The answer is that most likely a prosecutor can see an arrest from another state. There are many ways in which someone's traffic and criminal history may be revealed.
When a person is facing a traffic misdemeanor offense, such as DUI, a record of that arrest and disposition is placed on that person's GCIC, NCIC, and their MVR.
The GCIC is the Georgia Criminal Information Center. Anyone arrested in Georgia will have that arrest reported on their GCIC report. Presumably, the same is true in any other state.
The NCIC is the Federal version of the same system. All local arrests are reported to the National Crime Information Center.
Furthermore, all convictions (not arrests) are reported on a person's Motor Vehicle Report (MVR), and even though we can only pull a 7-year MVR report, the prosecutor and judge can see someone's lifetime report.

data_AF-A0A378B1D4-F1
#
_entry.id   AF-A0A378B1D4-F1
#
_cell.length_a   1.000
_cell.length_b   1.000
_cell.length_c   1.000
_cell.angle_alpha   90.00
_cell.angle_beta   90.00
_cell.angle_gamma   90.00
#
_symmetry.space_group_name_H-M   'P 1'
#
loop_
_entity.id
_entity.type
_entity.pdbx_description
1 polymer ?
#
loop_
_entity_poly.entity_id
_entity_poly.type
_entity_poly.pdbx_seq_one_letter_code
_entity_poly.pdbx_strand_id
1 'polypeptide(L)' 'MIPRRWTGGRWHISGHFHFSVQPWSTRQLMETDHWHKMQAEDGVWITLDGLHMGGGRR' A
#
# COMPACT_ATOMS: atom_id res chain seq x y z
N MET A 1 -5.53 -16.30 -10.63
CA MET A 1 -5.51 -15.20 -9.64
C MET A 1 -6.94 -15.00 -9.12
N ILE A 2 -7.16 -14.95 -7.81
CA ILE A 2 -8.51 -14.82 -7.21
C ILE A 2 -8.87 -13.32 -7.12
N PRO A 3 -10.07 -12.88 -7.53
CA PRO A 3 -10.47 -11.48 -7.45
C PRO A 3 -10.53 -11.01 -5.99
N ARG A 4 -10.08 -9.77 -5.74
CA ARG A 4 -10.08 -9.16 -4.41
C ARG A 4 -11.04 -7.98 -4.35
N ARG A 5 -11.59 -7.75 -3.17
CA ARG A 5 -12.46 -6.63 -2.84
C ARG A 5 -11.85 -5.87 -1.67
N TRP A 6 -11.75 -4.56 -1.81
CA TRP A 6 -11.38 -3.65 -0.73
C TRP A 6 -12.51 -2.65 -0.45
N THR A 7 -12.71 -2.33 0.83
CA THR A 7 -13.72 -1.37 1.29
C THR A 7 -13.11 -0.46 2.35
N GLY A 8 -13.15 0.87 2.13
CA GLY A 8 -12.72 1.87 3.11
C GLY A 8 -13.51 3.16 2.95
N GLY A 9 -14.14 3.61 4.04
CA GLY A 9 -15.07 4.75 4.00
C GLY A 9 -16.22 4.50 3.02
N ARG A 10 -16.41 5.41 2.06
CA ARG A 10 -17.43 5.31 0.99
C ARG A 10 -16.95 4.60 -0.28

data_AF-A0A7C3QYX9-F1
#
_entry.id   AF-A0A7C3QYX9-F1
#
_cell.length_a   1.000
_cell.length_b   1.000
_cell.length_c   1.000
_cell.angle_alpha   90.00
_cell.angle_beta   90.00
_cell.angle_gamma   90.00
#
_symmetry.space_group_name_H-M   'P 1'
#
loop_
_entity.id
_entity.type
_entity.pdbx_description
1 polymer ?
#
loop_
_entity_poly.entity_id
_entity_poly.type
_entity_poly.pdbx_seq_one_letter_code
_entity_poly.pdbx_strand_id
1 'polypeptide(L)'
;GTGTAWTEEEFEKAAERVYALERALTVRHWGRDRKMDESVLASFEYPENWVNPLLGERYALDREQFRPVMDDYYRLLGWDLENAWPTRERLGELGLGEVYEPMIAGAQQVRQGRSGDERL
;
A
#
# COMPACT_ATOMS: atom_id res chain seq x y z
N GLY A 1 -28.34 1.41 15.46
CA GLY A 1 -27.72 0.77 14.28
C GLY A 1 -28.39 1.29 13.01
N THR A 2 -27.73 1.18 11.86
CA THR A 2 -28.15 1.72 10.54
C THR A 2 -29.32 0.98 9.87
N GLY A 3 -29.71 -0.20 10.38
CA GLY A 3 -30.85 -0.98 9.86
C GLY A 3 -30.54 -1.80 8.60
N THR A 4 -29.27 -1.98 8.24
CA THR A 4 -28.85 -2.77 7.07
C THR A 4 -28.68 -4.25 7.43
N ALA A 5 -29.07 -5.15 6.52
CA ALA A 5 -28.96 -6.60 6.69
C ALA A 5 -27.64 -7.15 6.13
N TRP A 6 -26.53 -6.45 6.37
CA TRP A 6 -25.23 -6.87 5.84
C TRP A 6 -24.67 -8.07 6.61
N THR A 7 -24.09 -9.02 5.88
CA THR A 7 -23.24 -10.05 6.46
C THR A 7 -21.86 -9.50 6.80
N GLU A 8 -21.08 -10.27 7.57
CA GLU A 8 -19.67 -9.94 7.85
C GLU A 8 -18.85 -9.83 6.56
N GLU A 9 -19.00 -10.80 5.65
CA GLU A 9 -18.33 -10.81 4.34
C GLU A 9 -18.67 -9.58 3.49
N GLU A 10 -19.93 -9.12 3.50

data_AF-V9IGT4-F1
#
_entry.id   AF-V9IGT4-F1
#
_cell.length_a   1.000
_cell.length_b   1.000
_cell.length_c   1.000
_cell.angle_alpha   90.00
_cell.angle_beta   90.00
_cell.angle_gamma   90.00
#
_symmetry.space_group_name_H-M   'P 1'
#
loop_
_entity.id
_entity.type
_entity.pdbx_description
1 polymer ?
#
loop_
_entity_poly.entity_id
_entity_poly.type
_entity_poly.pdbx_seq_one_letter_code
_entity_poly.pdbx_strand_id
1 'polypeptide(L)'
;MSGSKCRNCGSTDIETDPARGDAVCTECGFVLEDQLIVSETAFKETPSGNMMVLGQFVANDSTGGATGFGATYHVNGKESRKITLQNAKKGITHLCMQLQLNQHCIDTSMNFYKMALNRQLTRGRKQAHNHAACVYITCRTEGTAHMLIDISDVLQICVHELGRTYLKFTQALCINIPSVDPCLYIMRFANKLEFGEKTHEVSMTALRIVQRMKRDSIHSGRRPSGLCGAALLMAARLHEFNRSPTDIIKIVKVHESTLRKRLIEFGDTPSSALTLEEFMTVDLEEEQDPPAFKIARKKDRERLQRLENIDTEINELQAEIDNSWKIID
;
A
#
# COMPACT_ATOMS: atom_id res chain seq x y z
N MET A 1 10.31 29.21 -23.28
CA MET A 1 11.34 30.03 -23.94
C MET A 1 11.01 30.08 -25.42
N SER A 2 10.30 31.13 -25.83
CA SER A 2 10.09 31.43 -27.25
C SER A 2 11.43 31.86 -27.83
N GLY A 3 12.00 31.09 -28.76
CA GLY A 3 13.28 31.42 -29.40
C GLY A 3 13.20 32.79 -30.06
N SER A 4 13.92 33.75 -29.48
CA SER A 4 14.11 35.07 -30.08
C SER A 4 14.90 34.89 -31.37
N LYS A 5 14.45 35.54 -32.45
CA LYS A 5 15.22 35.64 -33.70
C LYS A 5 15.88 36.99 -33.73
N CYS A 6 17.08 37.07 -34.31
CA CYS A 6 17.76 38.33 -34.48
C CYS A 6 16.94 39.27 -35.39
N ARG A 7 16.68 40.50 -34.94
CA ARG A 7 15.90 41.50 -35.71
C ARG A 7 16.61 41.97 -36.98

As a result, when a person has prior arrests from outside of the State of Georgia, there are several ways a Georgia prosecutor can see those arrests. Those arrests are likely to have been reported to the NCIC or on his or her MVR from the other state.
Accordingly, most prosecutors and courts are aware of out of state criminal offenses. That being said, in some smaller municipal courts, prosecutors and judges may overlook out of state convictions because they fail to look for them.
It is the position of our office that we are not here to help the prosecutor punish our clients. While our attorneys will not mislead the court, we will not inform a prosecutor or judge of other offenses on our client's criminal record unless specifically asked.
If asked by a judge, we may be forced to withdraw as counsel to protect our client from possible increased punishment.
In closing, since it is likely the prosecutor and the judge will now about someone's full criminal history and their traffic ticket history, an accused driver should act under that assumption. Take you case seriously and get the Best DUI Defense in Georgia.
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